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The Salem Witch Trials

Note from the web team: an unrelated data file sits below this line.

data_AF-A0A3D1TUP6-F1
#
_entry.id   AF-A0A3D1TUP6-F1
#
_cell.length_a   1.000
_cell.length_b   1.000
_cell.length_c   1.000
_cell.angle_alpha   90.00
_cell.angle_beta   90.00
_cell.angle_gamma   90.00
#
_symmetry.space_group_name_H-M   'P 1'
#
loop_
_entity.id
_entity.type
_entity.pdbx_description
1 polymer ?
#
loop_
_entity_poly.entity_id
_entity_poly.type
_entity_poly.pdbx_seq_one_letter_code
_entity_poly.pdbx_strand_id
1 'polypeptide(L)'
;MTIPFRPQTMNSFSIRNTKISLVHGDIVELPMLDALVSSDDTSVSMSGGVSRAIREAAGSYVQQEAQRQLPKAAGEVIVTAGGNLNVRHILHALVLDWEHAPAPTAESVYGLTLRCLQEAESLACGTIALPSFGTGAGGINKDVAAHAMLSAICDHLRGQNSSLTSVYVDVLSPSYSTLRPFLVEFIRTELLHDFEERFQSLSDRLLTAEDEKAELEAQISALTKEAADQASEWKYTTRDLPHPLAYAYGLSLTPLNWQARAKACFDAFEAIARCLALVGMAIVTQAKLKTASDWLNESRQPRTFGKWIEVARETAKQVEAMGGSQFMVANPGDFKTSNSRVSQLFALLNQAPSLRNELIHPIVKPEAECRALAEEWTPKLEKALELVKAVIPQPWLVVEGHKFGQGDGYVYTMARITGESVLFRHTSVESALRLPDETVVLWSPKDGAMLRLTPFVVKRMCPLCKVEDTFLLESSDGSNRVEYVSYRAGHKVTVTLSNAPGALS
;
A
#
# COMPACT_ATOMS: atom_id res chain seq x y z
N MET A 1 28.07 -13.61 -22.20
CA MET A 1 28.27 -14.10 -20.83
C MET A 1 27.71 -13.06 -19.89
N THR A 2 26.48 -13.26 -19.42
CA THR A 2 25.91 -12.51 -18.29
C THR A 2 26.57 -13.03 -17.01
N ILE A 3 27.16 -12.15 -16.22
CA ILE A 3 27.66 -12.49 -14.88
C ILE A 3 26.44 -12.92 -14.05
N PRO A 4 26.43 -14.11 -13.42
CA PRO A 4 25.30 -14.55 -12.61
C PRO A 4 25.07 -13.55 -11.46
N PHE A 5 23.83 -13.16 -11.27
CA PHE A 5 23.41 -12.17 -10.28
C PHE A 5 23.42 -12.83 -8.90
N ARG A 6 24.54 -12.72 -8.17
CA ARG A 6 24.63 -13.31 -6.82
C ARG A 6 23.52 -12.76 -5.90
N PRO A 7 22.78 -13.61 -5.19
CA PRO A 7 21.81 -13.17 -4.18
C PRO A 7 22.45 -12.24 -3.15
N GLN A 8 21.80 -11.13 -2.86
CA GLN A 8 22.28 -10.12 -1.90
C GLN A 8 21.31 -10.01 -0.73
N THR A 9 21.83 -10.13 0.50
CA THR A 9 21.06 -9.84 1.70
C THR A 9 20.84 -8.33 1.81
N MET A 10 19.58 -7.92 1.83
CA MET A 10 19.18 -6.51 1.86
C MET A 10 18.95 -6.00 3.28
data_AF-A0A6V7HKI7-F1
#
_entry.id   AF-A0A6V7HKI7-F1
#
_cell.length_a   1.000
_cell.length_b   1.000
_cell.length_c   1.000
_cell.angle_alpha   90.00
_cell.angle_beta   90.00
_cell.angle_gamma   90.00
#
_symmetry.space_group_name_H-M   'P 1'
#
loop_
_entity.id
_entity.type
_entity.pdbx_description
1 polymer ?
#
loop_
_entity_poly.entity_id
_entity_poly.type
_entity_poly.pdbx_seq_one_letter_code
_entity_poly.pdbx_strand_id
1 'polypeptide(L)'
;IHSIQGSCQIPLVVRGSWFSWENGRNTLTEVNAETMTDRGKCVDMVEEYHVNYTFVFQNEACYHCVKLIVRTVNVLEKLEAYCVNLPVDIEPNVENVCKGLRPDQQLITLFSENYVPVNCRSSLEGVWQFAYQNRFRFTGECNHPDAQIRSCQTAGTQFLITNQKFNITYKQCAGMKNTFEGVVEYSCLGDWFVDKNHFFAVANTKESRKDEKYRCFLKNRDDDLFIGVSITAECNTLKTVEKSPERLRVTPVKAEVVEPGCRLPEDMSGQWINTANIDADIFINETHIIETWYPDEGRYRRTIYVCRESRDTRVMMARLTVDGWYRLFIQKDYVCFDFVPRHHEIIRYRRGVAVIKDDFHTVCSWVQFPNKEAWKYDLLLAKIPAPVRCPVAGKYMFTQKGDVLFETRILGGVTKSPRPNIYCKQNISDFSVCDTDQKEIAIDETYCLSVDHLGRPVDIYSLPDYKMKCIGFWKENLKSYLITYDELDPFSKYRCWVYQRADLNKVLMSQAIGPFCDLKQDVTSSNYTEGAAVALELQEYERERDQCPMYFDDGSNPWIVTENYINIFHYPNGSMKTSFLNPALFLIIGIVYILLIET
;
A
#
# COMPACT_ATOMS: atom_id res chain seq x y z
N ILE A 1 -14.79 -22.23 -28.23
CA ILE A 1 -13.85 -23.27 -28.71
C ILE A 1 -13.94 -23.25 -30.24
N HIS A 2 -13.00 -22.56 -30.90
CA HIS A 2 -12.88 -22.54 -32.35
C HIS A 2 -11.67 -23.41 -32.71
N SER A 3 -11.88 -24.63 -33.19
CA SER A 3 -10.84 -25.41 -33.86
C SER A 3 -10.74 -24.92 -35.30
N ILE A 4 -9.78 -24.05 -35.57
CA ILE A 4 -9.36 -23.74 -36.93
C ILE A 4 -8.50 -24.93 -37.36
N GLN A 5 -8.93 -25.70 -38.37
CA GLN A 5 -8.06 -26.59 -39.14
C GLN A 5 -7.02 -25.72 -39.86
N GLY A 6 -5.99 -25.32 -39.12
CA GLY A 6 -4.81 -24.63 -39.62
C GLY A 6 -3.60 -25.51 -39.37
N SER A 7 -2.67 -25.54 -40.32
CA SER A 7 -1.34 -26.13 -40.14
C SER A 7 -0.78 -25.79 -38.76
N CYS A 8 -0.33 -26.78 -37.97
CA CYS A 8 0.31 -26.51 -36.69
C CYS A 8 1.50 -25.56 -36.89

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During the years of 1692 and 1693 the fear of witchcraft swept through Salem, Massachusetts like a plague. Witchcraft strongly defied Puritan beliefs, and the Puritans executed any accused witches. Throughout the hysteria in Salem, 185 people were accused of practicing witchcraft. Rumors of witchcraft put many people’s lives in danger. Witchcraft was defined as entering into a compact with the devil in exchange for certain powers to do evil. It was considered a sin against God’s superiority; a strict rule against Puritan beliefs (Conforti). Although the Salem witch trials was an important and remarkable event that occurred to the Puritan people, there were not really witches in Salem, only hysteria and suspicion. In 1692, sequences of women had begun to have fits. Young girls who were trying out fortune-telling had begun to start acting as though they were being tormented. As well as the fits they were falling into, they felt as if they were being choked, pinched, and jabbed all over (Conforti). People started to question the way women were acting and assuming it was the works of the devil. Sarah Good, Sarah Osburn, and Tituba, a slave in a family of a girl who was one of the girls playing around with fortune-telling games and such, were all arrested due to suspicion of witchcraft (Gragg). Sarah Good pleaded herself innocent, but accused suspicion upon Sarah Osburn. Osburn admitted to suffering symptoms of bewitchment like other younger girls. She had a dream that an “Indian looking figure in all black pinched her in her neck”. Likewise Osburn’s dream, Tituba experienced a similar sighting but in her situation, there were “four women and one man who told her if she would not hurt the children, they will hurt her”. ... ... middle of paper ... ...s, and Crises in American History. New York: Facts On File, Inc., 2008. American History Online. Facts On File, Inc. Web. 24 Mar. 2014. . Cullen-DuPont, Kathryn. "Salem witch trials." Encyclopedia of Women's History in America, Second Edition. New York: Facts On File, Inc., 2000. American History Online. Facts On File, Inc. Web. 24 Mar. 2014. . Asirvatham, Sandy. "'Believers and Skeptics'." The Salem Witch Trials, Great Disasters. Philadelphia: Chelsea House Publishers, 2002. American History Online, Facts On File, Inc. Web. 24 Mar. 2014. . Gragg, Larry D. "Salem Witchcraft Trials." American History. ABC-CLIO, 2000. Web. 24 Mar. 2014. .
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